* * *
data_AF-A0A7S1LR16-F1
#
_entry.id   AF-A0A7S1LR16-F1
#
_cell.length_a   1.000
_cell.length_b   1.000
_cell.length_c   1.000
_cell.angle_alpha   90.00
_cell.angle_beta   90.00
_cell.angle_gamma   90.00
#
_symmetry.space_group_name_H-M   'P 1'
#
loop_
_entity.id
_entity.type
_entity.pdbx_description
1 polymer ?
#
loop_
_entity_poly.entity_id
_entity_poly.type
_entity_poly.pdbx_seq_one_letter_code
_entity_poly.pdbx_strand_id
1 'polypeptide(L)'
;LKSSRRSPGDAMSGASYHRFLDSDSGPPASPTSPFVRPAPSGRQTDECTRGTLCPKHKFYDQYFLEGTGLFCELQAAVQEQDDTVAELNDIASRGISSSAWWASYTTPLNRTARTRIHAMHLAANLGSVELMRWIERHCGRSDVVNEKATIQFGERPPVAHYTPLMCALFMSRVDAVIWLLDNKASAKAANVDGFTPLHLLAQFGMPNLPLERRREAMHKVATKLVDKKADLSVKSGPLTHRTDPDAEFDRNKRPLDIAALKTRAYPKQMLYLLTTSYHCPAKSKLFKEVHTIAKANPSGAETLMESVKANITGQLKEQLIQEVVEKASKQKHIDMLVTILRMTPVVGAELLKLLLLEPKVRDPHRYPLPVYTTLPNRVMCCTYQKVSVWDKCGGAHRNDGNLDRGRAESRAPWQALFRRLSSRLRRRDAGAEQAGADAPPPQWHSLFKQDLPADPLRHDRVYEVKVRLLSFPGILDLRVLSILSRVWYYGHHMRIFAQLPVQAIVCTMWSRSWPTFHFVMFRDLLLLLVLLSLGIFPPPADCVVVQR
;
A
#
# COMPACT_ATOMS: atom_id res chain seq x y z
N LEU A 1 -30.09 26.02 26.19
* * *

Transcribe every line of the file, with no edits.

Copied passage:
data_AF-A0A7S1LR16-F1
#
_entry.id   AF-A0A7S1LR16-F1
#
_cell.length_a   1.000
_cell.length_b   1.000
_cell.length_c   1.000
_cell.angle_alpha   90.00
_cell.angle_beta   90.00
_cell.angle_gamma   90.00
#
_symmetry.space_group_name_H-M   'P 1'
#
loop_
_entity.id
_entity.type
_entity.pdbx_description
1 polymer ?
#
loop_
_entity_poly.entity_id
_entity_poly.type
_entity_poly.pdbx_seq_one_letter_code
_entity_poly.pdbx_strand_id
1 'polypeptide(L)'
;LKSSRRSPGDAMSGASYHRFLDSDSGPPASPTSPFVRPAPSGRQTDECTRGTLCPKHKFYDQYFLEGTGLFCELQAAVQEQDDTVAELNDIASRGISSSAWWASYTTPLNRTARTRIHAMHLAANLGSVELMRWIERHCGRSDVVNEKATIQFGERPPVAHYTPLMCALFMSRVDAVIWLLDNKASAKAANVDGFTPLHLLAQFGMPNLPLERRREAMHKVATKLVDKKADLSVKSGPLTHRTDPDAEFDRNKRPLDIAALKTRAYPKQMLYLLTTSYHCPAKSKLFKEVHTIAKANPSGAETLMESVKANITGQLKEQLIQEVVEKASKQKHIDMLVTILRMTPVVGAELLKLLLLEPKVRDPHRYPLPVYTTLPNRVMCCTYQKVSVWDKCGGAHRNDGNLDRGRAESRAPWQALFRRLSSRLRRRDAGAEQAGADAPPPQWHSLFKQDLPADPLRHDRVYEVKVRLLSFPGILDLRVLSILSRVWYYGHHMRIFAQLPVQAIVCTMWSRSWPTFHFVMFRDLLLLLVLLSLGIFPPPADCVVVQR
;
A
#
# COMPACT_ATOMS: atom_id res chain seq x y z
N LEU A 1 -30.09 26.02 26.19